|Timeline of the Nuclear Age 1970s|
The 1970s began with the opening of the U.S.-U.S.S.R. Strategic Arms Limitation Talks (SALT) in April 1970. In May the U.S. bombing of Cambodia led to widespread protests on college campuses. National Guardsmen killed four students during a protest at Kent State University in Ohio on May 4. Ten days later two more students at Jackson State University in Mississippi were killed.
The U.S. increased the pace of the nuclear arms race in 1970 with the deployment of Minuteman III, the first missiles with multiple independently targetable reentry vehicles (MIRVs), which made it possible to target many cities with nuclear weapons from a single missile. In April 1971 one million people rallied in Washington, D.C. against the Vietnam War. In the area of arms control, the U.S. and Soviet Union agreed not to place nuclear weapons or other weapons of mass destruction on the ocean floor. In September 1971 the two countries also agreed to improve the Hot Line between them.
Nationalist China was expelled from the United Nations in October 1971, and the People's Republic of China was seated. Willy Brandt, Chancellor of the Federal Republic of Germany, was awarded the Nobel Peace Prize in 1971 for his policy of "Ostpolitik."
Between 1971 and 1974, a group of 15 States hold a series of informal meetings in Vienna chaired by Professor Claude Zangger of Switzerland. In 1972, the Zangger Committee reaches consensus on guidelines, which define and provide for procedures for the export of nuclear materials and equipment.
In 1972 the SALT I accords were signed, placing limits on the number of offensive armaments which each side could possess. The Anti-Ballistic Missile (ABM) Treaty, designed to halt a defensive nuclear arms race, was also signed. The U.S. and Soviet Union entered into an agreement on the Prevention of Nuclear War in June 1973, agreeing to "remove the danger of nuclear war and the use of nuclear weapons." Should the risk of nuclear war arise, the nations promised to enter into "urgent consultations."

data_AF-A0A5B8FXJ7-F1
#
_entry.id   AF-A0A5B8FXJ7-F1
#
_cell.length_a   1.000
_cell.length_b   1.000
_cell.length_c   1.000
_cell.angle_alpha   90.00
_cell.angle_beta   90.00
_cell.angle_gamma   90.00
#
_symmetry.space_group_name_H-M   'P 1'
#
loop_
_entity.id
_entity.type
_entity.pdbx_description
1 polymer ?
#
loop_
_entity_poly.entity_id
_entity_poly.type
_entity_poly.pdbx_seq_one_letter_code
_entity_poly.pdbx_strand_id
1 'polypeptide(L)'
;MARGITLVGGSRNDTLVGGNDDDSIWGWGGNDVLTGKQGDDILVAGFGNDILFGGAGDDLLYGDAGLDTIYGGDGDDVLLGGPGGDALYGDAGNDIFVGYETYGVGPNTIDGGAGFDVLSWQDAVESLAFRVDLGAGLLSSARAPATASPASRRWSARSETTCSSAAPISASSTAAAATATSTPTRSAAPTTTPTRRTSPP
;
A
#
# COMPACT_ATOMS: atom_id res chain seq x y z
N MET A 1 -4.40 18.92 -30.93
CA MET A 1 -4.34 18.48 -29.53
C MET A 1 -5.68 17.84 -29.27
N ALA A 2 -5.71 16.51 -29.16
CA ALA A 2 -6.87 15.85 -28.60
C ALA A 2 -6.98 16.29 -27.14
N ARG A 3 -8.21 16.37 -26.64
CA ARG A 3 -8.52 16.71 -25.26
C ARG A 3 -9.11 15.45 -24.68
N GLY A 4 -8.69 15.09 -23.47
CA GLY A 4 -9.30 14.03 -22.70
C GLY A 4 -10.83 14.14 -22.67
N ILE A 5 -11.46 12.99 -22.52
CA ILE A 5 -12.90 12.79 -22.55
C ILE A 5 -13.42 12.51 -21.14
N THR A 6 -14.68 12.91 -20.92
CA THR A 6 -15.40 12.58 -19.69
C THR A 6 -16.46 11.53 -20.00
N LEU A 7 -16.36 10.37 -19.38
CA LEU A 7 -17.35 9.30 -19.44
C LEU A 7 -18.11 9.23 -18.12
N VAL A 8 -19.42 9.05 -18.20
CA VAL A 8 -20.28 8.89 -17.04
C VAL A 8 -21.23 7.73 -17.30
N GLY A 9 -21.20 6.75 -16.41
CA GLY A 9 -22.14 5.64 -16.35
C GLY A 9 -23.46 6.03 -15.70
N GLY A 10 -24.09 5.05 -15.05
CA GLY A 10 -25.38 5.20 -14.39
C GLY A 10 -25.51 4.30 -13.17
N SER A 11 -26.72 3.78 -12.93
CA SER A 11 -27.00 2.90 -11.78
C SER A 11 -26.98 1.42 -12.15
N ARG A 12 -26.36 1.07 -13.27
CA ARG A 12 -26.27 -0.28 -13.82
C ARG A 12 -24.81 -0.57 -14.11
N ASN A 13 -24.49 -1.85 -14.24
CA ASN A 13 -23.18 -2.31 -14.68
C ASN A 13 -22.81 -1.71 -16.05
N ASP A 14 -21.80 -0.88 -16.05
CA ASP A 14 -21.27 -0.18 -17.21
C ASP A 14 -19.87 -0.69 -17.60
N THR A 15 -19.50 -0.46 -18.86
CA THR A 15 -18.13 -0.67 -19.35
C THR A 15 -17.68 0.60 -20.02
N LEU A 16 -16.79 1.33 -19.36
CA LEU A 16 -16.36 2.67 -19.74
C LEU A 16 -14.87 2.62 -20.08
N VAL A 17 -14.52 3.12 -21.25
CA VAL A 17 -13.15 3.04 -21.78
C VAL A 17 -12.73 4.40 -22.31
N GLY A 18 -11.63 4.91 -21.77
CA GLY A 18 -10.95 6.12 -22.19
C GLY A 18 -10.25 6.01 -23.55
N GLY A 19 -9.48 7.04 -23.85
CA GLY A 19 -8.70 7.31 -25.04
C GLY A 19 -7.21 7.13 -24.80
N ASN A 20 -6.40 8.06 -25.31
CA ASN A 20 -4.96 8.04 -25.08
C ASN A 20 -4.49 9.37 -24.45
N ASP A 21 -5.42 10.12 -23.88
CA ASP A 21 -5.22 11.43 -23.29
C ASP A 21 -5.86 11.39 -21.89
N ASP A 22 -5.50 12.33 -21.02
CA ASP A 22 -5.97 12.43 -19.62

In 1974 U.S. Secretary of Defense James Schlesinger announced a doctrine of "limited strike options," in which a wide range of deterrence options would be available before resorting to massive retaliation. As a result of the Watergate scandal, Richard Nixon resigned the presidency under threat of impeachment, andGerald Ford became President.
The Vietnam War ended on April 30, 1975, after ten years of fighting and two million deaths. Cooperation between U.S. and Soviet space programs led to a successful docking in orbit of U.S. Apollo and U.S.S.R. Soyez satellites in July 1975. On August 1, 1975, the Final Act of the Conference on Security and Cooperation in Europe was adopted in Helsinki by 33 European nations, the U.S. and Canada. Andrei Sakharov, the Soviet physicist and human rights activist, received the Nobel Peace Prize.
In the later part of the 1970s, the UN General Assembly held its first Special Session on Disarmament. Its final document, issued on June 30, 1978, stated that "removing the threat of a world war -- a nuclear war -- is the most acute and urgent task of the present day." In June 1978 the U.S. and Soviet Union signed the SALT II Treaty restricting, but not reducing, the number of strategic offensive weapons each side could possess. There was still force in the superpower arsenals to destroy all major cities in the world many times over.
In March, 1979 an accident at theThree Mile Island Nuclear Power Plant near Harrisburg, Pennsylvania, resulted in a partial core meltdown. Mother Teresa of Calcutta received the 1979 Nobel Peace Prize.
The 1970s ended with nearly three million persons dying in wars, two-thirds civilians.